He doesn’t keep his word. Despite the fact that President Pedro Castillo announced last year the return to face-to-face school classes for March of this year, the Ministry of Education (Minedu) reported yesterday that the return to the classroom will not take place in full.
Less than six weeks before the estimated date for the start of classes, the Minedu recently announced that three study modalities are planned: face-to-face, blended and distance learning. The tool created for virtual education I learn at home, and which is broadcast on television, will continue to be used in 2022.
Even the head of Education, Rosendo Serna, revealed yesterday that many institutions “are looking at ways to arrange spaces to enable classrooms.”
After inaugurating classrooms in a school in San Juan de Miraflores together with the president, the minister indicated that his sector is “doing everything possible” to fulfill what was promised.
The Minedu statement was released hours after international organizations, such as Unicef and UNESCO, warned the Government of the possible obstacles that could be faced at the start of classes.
they were warned
The World Bank, the United Nations Educational, Scientific and Cultural Organization (Unesco) and the United Nations Children’s Fund (Unicef) called on the Castillo government to address “urgently” the conditions that could hinder the start of classes.
International organizations highlighted that Peru was one of the first countries in the world to close schools due to the pandemic and that, despite this, it will be one of the “last to open” schools.
They also indicated that Peru is a territory where schoolchildren have “less risk” of contracting COVID-19, but they have been the most affected by the pandemic.
“During two school years they have lost learning, their mental health has been affected and they have suffered from the lack of spaces for socialization, nutrition and protection,” they asserted through a statement.
They pointed out five aspects. The first is the increase in demand, referring to the fact that approximately 350,000 students from private education migrated in 2020 and 2021 to public schools, for which more spaces, teachers and materials will be required, and the capacity expansion in said institutions.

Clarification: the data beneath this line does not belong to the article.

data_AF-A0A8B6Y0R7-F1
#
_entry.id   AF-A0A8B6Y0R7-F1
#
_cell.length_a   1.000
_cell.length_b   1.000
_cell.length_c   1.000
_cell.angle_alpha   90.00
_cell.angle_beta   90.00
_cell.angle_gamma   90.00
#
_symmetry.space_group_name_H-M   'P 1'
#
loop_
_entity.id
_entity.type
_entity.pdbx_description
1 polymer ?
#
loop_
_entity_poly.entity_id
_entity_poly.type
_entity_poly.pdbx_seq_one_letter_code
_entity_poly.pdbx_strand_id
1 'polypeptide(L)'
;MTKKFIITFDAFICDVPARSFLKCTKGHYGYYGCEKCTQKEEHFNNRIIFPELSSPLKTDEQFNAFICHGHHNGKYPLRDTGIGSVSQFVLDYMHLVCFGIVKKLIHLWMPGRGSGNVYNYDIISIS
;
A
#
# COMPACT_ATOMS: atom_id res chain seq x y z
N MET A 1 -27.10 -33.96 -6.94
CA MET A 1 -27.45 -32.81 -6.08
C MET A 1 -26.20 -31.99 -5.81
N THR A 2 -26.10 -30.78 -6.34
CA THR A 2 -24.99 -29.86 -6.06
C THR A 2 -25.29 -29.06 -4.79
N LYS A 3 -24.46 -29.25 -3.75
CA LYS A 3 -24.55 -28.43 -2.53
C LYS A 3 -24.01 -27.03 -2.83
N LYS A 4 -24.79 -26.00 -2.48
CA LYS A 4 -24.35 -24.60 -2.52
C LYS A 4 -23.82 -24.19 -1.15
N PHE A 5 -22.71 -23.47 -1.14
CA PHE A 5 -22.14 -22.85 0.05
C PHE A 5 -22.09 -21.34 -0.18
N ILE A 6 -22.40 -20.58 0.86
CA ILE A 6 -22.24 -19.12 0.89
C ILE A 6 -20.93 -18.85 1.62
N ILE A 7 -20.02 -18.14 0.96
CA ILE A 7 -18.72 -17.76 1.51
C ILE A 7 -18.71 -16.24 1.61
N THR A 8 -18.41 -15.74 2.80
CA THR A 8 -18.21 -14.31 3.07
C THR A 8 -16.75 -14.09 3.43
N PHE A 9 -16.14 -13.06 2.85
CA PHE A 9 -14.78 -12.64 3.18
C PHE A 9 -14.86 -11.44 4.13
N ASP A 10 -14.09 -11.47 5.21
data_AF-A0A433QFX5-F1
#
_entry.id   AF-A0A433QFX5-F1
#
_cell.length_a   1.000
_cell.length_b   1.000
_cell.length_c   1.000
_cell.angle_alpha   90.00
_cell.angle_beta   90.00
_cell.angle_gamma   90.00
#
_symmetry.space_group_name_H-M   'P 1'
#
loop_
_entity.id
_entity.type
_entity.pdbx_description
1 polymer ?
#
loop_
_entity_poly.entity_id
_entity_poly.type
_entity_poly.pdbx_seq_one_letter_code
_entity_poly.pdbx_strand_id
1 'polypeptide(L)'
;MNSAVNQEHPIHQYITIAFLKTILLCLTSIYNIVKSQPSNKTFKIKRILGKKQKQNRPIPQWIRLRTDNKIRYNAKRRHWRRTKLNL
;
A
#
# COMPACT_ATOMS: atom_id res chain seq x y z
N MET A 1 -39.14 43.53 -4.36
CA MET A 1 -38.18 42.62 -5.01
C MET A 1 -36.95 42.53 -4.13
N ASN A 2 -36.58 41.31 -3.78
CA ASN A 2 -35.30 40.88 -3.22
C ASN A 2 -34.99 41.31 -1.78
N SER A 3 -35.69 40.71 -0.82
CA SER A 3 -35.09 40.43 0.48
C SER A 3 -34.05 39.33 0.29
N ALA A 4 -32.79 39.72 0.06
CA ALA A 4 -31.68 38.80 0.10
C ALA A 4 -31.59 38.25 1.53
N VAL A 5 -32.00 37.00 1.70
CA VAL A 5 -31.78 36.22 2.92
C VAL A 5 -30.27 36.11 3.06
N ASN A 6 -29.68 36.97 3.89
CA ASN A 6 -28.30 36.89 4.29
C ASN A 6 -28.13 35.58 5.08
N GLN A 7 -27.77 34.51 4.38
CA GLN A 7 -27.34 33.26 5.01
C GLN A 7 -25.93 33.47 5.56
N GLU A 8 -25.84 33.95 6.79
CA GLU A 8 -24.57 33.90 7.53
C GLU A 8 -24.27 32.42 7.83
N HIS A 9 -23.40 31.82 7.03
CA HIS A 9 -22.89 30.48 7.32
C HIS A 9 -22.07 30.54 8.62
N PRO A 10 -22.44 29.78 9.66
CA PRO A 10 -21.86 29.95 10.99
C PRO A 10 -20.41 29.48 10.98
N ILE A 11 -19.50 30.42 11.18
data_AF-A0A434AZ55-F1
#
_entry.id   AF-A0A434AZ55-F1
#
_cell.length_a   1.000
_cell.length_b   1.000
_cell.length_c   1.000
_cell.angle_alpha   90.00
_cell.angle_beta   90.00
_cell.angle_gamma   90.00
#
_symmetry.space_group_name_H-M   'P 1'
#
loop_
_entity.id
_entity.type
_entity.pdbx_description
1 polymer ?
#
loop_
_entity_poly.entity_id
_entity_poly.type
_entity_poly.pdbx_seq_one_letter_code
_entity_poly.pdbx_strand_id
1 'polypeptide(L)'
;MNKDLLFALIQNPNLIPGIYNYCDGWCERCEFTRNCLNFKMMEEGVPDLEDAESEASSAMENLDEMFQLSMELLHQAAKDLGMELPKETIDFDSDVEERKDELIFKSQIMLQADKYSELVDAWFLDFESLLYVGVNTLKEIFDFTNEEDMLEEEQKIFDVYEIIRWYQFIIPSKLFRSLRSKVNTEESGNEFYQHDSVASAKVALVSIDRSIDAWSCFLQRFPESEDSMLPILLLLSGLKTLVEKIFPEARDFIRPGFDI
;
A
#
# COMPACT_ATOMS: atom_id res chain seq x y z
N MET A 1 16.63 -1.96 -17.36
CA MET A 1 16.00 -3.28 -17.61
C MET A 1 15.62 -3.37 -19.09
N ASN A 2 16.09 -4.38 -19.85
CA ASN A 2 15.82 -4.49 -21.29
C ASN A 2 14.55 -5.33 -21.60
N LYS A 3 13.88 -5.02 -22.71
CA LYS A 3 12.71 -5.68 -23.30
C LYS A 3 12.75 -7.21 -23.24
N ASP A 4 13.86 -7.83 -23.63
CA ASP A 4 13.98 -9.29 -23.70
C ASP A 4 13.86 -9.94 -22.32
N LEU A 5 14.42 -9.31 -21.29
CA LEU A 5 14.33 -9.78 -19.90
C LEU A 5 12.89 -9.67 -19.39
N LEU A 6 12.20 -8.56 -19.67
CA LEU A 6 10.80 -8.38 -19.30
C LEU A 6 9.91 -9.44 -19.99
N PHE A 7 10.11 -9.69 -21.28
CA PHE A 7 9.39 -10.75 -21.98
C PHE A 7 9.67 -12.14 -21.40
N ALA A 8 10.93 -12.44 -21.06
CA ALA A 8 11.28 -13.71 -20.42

On the other hand, they assured that 7 out of 10 public schools need better infrastructure and that although this problem cannot be solved in the short term, “it is necessary to ensure that everyone can resolve the adequacy of their spaces.” Another point was that of “school disengagement”: there are 700,000 schoolchildren who have dropped out of school or have been at risk of doing so due to the poverty generated by COVID-19. They indicated that the government must be honest with the figures and design strategies for the reincorporation of the students.
They advised avoiding giving “incomplete information” about the return to face-to-face attendance to the families of schoolchildren, since for this reason many of them are afraid to send their children to classes. They also called for the correct coordination between national and regional bodies to avoid the problems that “prevented the opening of more schools in person when the conditions to do so already existed” in 2021.
In search of knowing how the plan for returning to classes is developing, Peru21 contacted the Minedu. However, the entity reported that “we do not have spokespersons to report any issue.”
Keep in mind
- According to the Minedu, face-to-face classes in 2022 will be a maximum of 4 hours a day in urban schools. However, in December, the then Minister of Health, Hernando Cevallos, said he was unaware of this measure.
- Schools in different regions of the country, such as Arequipa, Piura, Áncash, Lambayeque, are not prepared to return to face-to-face classes. It is estimated that almost 50% of schools do not have conditions to receive students and that many will have to wait.